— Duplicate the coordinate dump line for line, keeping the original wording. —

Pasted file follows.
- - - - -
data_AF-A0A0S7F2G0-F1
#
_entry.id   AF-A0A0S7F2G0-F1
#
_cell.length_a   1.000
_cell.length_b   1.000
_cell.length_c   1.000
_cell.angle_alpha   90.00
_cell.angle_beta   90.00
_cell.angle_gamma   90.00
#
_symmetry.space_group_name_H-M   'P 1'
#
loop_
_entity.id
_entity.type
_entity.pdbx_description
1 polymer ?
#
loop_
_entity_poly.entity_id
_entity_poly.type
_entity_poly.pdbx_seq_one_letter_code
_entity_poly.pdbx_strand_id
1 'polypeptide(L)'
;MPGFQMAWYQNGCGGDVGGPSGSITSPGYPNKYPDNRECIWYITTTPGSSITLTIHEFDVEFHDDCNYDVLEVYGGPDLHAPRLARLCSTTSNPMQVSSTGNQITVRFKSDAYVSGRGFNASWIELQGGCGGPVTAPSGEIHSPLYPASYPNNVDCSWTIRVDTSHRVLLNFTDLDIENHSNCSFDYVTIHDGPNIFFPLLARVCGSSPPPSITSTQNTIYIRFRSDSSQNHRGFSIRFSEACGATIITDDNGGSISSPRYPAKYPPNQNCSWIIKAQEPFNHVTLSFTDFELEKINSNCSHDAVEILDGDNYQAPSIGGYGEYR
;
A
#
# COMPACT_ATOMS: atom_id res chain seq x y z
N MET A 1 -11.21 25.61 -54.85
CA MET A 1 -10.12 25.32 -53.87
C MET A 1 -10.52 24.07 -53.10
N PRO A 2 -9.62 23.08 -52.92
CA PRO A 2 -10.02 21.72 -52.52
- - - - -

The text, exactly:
data_AF-A0A0S7F2G0-F1
#
_entry.id   AF-A0A0S7F2G0-F1
#
_cell.length_a   1.000
_cell.length_b   1.000
_cell.length_c   1.000
_cell.angle_alpha   90.00
_cell.angle_beta   90.00
_cell.angle_gamma   90.00
#
_symmetry.space_group_name_H-M   'P 1'
#
loop_
_entity.id
_entity.type
_entity.pdbx_description
1 polymer ?
#
loop_
_entity_poly.entity_id
_entity_poly.type
_entity_poly.pdbx_seq_one_letter_code
_entity_poly.pdbx_strand_id
1 'polypeptide(L)'
;MPGFQMAWYQNGCGGDVGGPSGSITSPGYPNKYPDNRECIWYITTTPGSSITLTIHEFDVEFHDDCNYDVLEVYGGPDLHAPRLARLCSTTSNPMQVSSTGNQITVRFKSDAYVSGRGFNASWIELQGGCGGPVTAPSGEIHSPLYPASYPNNVDCSWTIRVDTSHRVLLNFTDLDIENHSNCSFDYVTIHDGPNIFFPLLARVCGSSPPPSITSTQNTIYIRFRSDSSQNHRGFSIRFSEACGATIITDDNGGSISSPRYPAKYPPNQNCSWIIKAQEPFNHVTLSFTDFELEKINSNCSHDAVEILDGDNYQAPSIGGYGEYR
;
A
#
# COMPACT_ATOMS: atom_id res chain seq x y z
N MET A 1 -11.21 25.61 -54.85
CA MET A 1 -10.12 25.32 -53.87
C MET A 1 -10.52 24.07 -53.10
N PRO A 2 -9.62 23.08 -52.92
CA PRO A 2 -10.02 21.72 -52.52